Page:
This past Sunday, the Soho Masses community moved to their new location at the Jesuit-run Immaculate Conception parish, Farm Street, in the Mayfair section of London.  In the new model of ministry, the LGBT community will not have a separate Mass, but will attend the Sunday evening Mass of the parish with the rest of the worshiping community.  Additionally, the Soho Masses Pastoral Council will work with the parish to expand outreach and ministerial programs to the LGBT community of London.

The new model of ministry got off to a good start, with a noteworthy visit from Archbishop Nichols himself to welcome the community. The Independent newspaper reports:

“In a remarkable gesture of goodwill, the Archbishop of Westminster made a private address to the united congregation after yesterday’s service – the first time a senior figure in the Roman Catholic church has formally engaged with the LGBT community.”

Archbishop Vincent Nichols

Archbishop Vincent Nichols

When the change had been announced, there had been some suggestion that Archbishop Nichols was forced by the Vatican to try to close down the pastoral outreach.  His presence at the first Mass to welcome the community shows that he is firmly committed to making the church a welcoming place for LGBT people.  His gesture shows how pastoral leaders can help to ease any discomfort that a change may entail, and it also stands as an example to the rest of the faith community about the importance of welcoming LGBT people.

The leadership of the Soho Masses Pastoral Council are excited about the new opportunity for community and ministry, while realizing that the transition may be difficult for some.  The Independent carried the comments of one leader:

“Despite a sense of betrayal in the LGBT Catholic community, some churchgoers, including Soho Masses Pastoral Council member Mark Dowd, were hopeful about what an integrated service would mean:

” ‘I’m excited because a lot of Catholics still don’t know any gay men or lesbians… This is a chance to make our face known and become formally part of the community,’ he said yesterday. ‘In a perfect world none of us would describe or define ourselves by our sexual orientation… there wouldn’t be a need for a special designated space. But it’s not a perfect world.’ “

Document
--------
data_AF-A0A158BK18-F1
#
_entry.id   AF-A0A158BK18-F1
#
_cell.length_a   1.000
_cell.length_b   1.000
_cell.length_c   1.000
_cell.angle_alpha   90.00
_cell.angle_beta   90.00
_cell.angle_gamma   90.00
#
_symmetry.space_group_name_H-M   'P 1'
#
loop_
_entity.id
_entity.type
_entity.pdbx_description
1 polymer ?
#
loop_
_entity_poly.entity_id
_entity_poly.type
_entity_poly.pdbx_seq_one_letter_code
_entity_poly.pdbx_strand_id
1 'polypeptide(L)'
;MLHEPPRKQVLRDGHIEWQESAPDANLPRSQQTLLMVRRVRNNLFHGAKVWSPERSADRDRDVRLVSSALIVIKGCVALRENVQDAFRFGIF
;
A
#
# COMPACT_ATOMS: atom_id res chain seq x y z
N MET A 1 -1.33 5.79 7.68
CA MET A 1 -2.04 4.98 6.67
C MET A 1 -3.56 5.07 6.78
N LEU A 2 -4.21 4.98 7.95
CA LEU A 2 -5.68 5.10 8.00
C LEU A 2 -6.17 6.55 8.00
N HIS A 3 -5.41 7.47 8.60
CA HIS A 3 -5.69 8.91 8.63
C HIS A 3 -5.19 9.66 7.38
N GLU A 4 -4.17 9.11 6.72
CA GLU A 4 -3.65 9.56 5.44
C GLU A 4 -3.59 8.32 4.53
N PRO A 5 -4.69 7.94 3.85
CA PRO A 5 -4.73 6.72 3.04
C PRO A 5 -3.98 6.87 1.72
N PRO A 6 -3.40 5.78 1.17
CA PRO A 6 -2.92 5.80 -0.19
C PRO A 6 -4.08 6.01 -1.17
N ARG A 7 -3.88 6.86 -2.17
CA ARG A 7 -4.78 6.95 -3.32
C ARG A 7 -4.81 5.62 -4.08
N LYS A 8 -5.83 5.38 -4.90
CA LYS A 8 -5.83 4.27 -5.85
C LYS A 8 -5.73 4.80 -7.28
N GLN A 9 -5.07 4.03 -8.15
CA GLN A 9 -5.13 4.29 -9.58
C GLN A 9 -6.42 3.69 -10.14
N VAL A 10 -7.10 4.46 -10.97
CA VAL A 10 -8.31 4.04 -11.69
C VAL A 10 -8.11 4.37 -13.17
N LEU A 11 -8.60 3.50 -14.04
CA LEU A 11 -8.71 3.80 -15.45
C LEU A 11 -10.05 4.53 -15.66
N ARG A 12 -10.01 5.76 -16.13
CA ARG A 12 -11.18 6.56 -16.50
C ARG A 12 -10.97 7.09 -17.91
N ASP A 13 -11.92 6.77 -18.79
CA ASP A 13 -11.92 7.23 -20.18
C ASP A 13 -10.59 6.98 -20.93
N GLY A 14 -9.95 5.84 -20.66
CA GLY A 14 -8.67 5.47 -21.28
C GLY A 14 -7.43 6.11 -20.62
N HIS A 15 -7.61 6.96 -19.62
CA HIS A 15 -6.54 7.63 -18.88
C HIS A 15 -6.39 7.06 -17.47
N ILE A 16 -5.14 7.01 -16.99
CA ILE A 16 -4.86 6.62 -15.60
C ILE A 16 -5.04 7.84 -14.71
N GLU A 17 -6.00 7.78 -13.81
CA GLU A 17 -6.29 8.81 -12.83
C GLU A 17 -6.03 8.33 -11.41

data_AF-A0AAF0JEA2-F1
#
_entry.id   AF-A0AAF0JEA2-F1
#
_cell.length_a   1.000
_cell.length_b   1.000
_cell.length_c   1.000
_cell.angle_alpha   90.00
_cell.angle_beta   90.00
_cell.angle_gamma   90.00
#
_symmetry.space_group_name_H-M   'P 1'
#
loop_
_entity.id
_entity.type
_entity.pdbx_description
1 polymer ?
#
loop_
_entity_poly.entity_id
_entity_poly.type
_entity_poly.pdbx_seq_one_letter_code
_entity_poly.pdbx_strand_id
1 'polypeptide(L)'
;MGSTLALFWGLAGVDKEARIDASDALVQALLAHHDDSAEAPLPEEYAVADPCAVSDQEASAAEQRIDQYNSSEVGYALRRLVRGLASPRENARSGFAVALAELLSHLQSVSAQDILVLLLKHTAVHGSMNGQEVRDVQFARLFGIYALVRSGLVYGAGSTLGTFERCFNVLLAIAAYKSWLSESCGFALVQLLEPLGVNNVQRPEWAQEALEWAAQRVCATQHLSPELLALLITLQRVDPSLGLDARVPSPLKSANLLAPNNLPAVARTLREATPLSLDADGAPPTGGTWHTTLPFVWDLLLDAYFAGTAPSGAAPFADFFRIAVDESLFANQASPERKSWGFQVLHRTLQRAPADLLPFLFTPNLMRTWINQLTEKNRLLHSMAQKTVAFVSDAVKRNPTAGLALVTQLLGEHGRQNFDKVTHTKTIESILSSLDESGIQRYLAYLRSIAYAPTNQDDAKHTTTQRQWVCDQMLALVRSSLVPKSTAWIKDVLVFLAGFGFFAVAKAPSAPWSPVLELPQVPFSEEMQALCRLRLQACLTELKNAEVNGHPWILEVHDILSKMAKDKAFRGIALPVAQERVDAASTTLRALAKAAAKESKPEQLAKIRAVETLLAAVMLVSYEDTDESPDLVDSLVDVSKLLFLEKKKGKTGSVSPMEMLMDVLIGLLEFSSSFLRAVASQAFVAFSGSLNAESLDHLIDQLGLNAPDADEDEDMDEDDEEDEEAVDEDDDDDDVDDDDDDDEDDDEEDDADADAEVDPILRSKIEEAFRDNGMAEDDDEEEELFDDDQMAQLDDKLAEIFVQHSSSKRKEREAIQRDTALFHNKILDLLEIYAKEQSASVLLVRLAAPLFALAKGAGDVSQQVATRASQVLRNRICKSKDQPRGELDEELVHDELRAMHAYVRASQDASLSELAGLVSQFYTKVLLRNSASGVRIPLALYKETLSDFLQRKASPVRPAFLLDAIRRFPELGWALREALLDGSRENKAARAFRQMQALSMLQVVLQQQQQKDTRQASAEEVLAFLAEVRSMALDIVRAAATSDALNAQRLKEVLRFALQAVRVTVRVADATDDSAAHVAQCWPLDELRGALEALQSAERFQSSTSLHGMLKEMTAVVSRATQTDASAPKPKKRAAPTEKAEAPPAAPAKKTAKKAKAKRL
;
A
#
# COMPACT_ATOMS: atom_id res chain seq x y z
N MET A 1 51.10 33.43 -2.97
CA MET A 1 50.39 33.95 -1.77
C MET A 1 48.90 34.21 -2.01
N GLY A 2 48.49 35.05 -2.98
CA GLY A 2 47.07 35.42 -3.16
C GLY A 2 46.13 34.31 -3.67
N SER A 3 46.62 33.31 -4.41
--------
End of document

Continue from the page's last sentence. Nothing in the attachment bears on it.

Dowd also commented on the significance of Nichols’ pastoral visit to the first Mass:

“There are those critics of Vincent Nichols who would say that he is not on the progressive side of the argument, but to sit down and actually acknowledge the existence of our community has to be something.”

Here in the U.S., LGBT Catholics have sought such opportunities for many years, with few opportunities to dialogue with a bishop.

Catholic blogger Terence Weldon, at QueeringTheChurch.com, attended the first Mass and described the positive atmosphere of the event, as well as his hopes for the future:

“Tonight (Sunday 3rd March) I went up to London for the first Mass of the integration of the Soho Masses Community into the Farm Street parish of the Church of the Immaculate Conception – and came home more confident than ever that this transition will work out to our advantage. There will be short-term disappointments and teething problems, but these will be dealt with in time. In the longer run, we will benefit from the improved physical space, the greater resources of the Parish and the Mount Street Jesuit Centre for growth in faith and spirituality, and for opportunities to grow as part of a wider community – simultaneously influencing and learning from them.”

Weldon’s post describes the event in full, and he also corrects some of the inaccuracies of a press report of the event.  You can read his entire comments here and here.  If you want more information on this topic, they are an excellent resource.